By Abigail Roberts | Echo
This year, Taylor welcomed 26 international students from 18 nations, two Korean exchange students and zero new English as a Second Language (ESL) students.
Developed in 2009, Taylor's 4-year ESL program has had an average of eight students a year primarily from Korea and China, but also in the past from Japan, Spain, the Congo and Ecuador. Although small, the ESL program has had enough students to populate the classes. However, the number of students has been slowly declining since 2014.
Taylor also offers exchange programs for international students currently enrolled in universities abroad desiring to take college-level classes in the United States for one or two semesters. With an average of five students a semester, this program has also seen less student enrollment after the fall of 2016.
"I would not want to live in a world without language diversity," ESL program director Jack Peterson said. "ESL students bring with them an increase of knowledge, world experience and curiosity of the world through their different languages and that makes this campus a richer place."
The ESL program is not just for ESL students, but also for students and faculty within the Teaching English as a Second language department Kiplangat Cheruiyot Bii, director of Taylor World Outreach, pointed out.
"Without these students, it is a big loss," Kiplangat Cheruiyot Bii said.
After the transition of the admissions office's previous international recruitment officer, Dereck Kamwesa, in spring 2017, Yosef Teklewold was hired in Nov. 2017. His role is now split between applied science majors and international students.
In addition, there are few other people recruiting specifically for the ESL and Exchange programs broadly. Chin Chang, department chair of modern language and professor of Spanish has worked with Handong Global University and Hallym University to recruit alongside Charlie Brainer, associate dean of international programs and Asian Initiative.
Taylor also has a partnership with the Japanese Bible Society which has sent two students in the last three years, sophomore Maki Ohashi and Hiroki Kuroda.
"No one has, as their load, recruiting internationally," Peterson said. "I think we have seen the effects of not having a recruitment plan that can ride the waves . . . Taylor needs to examine its priorities and see if it is something they value enough to recruit for."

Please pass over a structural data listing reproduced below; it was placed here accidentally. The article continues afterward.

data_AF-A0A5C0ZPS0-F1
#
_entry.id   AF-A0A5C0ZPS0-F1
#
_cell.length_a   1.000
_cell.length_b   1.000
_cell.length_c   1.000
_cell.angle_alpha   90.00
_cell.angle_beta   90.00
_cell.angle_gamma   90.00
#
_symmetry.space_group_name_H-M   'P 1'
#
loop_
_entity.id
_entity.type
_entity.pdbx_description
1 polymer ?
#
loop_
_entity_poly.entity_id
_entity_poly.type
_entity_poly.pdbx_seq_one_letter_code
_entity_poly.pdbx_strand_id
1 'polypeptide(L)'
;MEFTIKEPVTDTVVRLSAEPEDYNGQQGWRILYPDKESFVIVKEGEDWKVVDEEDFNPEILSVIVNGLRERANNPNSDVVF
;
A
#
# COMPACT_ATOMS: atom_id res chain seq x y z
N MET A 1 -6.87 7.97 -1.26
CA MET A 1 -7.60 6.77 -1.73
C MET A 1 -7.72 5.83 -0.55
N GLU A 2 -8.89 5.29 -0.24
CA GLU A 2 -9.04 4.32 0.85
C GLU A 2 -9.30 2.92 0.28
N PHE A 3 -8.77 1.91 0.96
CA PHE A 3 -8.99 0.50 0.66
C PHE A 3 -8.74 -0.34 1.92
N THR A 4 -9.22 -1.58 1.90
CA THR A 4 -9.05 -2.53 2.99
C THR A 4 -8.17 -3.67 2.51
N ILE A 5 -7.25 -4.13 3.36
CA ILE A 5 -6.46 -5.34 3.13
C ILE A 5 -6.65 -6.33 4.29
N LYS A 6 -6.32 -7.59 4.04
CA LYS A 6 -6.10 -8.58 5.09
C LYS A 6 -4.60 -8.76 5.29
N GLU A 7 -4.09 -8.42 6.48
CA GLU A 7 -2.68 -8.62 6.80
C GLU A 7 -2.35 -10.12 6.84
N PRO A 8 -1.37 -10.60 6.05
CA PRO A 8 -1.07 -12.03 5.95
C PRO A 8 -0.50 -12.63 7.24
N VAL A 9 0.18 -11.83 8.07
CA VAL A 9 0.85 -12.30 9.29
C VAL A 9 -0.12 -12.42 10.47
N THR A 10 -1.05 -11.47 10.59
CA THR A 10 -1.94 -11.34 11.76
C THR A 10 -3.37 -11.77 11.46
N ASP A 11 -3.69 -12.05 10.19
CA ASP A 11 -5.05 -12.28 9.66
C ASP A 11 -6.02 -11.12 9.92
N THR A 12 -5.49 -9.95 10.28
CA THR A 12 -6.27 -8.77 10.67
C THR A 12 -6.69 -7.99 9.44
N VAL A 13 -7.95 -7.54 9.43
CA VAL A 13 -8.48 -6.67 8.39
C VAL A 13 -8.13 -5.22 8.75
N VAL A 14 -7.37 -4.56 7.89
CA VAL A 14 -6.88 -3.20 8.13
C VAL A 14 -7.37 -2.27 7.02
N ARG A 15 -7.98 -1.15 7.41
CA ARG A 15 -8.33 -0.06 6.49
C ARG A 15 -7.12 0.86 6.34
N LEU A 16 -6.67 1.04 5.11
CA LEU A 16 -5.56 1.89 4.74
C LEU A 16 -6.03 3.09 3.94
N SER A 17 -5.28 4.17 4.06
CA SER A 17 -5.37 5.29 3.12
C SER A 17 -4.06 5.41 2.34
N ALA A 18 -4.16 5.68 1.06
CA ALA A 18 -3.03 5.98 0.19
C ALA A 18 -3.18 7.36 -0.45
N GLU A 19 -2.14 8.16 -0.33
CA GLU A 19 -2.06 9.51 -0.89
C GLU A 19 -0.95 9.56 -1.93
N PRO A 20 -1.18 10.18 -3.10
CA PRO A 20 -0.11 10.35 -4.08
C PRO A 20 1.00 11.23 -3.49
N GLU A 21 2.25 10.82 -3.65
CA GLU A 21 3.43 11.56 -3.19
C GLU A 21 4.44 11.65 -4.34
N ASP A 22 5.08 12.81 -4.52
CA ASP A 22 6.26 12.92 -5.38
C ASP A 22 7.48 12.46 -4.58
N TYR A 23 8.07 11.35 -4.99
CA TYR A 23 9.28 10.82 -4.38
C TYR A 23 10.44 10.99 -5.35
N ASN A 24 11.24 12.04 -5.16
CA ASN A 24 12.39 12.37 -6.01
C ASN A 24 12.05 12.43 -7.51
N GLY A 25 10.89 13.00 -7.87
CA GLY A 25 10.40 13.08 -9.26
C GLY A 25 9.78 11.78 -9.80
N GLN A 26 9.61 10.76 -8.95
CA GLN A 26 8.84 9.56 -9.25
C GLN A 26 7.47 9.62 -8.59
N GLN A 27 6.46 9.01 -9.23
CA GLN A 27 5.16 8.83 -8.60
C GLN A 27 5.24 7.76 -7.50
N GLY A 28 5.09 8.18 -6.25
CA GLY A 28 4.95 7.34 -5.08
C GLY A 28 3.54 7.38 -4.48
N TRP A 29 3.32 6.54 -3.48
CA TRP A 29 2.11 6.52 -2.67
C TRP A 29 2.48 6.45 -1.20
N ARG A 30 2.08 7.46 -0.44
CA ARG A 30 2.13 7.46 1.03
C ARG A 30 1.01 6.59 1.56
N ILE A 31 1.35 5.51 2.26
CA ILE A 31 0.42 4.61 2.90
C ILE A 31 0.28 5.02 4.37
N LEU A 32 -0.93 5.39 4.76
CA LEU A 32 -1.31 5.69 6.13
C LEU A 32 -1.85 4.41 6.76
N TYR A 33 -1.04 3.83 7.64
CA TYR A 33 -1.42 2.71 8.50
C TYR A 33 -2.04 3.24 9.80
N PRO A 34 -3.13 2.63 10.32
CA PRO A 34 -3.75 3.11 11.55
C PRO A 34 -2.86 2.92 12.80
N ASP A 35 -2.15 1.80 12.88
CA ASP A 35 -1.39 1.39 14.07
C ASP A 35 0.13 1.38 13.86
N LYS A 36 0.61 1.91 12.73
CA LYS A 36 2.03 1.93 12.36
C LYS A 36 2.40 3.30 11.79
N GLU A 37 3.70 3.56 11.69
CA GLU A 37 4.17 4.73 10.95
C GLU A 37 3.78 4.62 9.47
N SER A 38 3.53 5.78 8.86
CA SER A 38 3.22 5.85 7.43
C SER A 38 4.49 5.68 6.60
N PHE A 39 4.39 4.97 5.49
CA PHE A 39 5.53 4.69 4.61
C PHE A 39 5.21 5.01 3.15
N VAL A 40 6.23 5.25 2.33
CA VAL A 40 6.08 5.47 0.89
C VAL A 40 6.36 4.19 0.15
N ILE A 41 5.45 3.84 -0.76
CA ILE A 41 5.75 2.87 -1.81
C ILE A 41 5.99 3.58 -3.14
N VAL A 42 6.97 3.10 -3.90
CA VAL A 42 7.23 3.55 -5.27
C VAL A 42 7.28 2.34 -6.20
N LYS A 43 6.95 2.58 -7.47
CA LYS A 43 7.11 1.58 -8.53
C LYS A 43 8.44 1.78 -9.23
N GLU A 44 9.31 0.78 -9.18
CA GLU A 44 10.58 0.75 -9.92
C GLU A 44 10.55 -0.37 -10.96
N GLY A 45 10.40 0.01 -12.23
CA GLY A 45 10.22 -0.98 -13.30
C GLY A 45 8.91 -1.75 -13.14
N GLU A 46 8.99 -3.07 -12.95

Juniors Stephanie Mithika and Jamal Strachan were both visited by a Taylor international recruitment officer while in high school.
"I think it's important that someone like Dereck came to visit my high school," said Mithika. "As a foreign, international student, I was rather hesitant about picking a school that I had never heard of . . . in the cornfields of Indiana! Dereck gave me more context for Taylor . . . (which) I would have written off solely because of the location."
Strachan agrees that when coming to another country for university it is helpful for someone of a similar culture to yours to share what the transition and new culture will be like.
According to Nate Chu, assistant director of admissions, the admissions office is striving toward betterment, if that means international students are more cared for, even if that is reflected in the numbers, that is still better.
"We are not where we need to be or where we want to be," Chu said. "But we have come a long way even since my time as a student. We don't want to set a target number (of international students) because then the number becomes the goal . . . It is not about being a statistic here at Taylor, but each student's growth."
For the last two years, the admissions office has hosted 15 Korean students on average, from Korean Wells High school, for Taylor's CRAM summer program.
Freshman, Deok Jun Lee, the first Korean Wells High School graduate to attend Taylor expressed how important it is for him to share Korean culture with the Taylor campus.
"There is so much history and information about the world that people need to know and see," Lee said.
Debby Cheruiyot Bii, director of International Student Programs, believes having both international students and missionary kids provides the opportunity to open doors for what the Lord has planned for fellow students and expands student's worldview.
"If we don't have those numbers we are shortchanging US students coming to Taylor," said Debby Cheruiyot Bii.
Mithika stated that investing in international recruitment prioritizes making our community a space where we can practice new ways of seeing, listening, thinking and living, that we only gain from truly, intentionally diverse communities.
Chu shared that the admissions office is always thinking of how do we recruit a well-rounded class to be a better representation of the body of Christ.
"A Christ-centered community reflects every nation, every tribe, every tongue," said Strachan.
Peterson believes that if Taylor is making any claims on being an international campus they need to not only focus on training those from Indiana. And if its stated mission is to "develop servant leaders marked with a passion to minister Christ's redemptive love and truth to a world in need," the campus should echo those claims.
If this is Taylor's desired narrative, the community should reflect it.